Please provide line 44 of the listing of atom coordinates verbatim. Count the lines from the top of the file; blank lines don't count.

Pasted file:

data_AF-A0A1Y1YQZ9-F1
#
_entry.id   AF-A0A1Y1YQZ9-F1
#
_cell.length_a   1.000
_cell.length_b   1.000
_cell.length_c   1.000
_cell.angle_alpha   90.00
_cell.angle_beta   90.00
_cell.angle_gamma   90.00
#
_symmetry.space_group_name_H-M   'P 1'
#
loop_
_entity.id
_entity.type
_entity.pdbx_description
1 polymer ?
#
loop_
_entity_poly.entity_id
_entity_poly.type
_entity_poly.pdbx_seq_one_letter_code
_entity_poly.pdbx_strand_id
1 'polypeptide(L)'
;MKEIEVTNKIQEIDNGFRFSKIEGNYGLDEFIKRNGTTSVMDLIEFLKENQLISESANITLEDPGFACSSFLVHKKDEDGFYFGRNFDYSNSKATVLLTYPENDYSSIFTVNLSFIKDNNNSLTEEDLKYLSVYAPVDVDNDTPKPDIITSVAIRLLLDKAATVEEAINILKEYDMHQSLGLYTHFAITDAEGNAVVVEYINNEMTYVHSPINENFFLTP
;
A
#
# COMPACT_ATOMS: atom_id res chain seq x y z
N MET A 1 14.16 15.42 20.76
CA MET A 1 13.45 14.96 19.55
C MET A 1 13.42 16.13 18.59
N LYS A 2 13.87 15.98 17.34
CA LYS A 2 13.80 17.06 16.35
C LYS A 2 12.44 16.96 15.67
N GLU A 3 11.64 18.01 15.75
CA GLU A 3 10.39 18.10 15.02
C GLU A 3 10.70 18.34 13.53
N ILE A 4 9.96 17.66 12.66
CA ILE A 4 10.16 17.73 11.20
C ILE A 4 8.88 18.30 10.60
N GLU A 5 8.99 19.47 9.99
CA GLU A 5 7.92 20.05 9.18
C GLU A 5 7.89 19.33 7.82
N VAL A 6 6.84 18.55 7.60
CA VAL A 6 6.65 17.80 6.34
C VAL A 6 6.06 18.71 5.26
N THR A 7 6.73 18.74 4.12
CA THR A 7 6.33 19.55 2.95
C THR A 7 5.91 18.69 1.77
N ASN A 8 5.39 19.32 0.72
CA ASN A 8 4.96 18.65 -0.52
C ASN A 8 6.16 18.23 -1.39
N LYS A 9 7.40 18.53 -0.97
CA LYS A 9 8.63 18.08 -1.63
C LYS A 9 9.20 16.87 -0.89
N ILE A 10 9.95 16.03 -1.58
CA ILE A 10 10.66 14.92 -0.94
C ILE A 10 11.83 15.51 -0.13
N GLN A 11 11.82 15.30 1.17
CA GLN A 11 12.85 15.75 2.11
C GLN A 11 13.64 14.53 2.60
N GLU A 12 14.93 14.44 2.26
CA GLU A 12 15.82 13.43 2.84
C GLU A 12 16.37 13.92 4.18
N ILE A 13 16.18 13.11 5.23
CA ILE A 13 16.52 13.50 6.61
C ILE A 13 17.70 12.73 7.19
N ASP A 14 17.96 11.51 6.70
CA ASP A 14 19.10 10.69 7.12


CA GLU A 5 7.92 20.05 9.18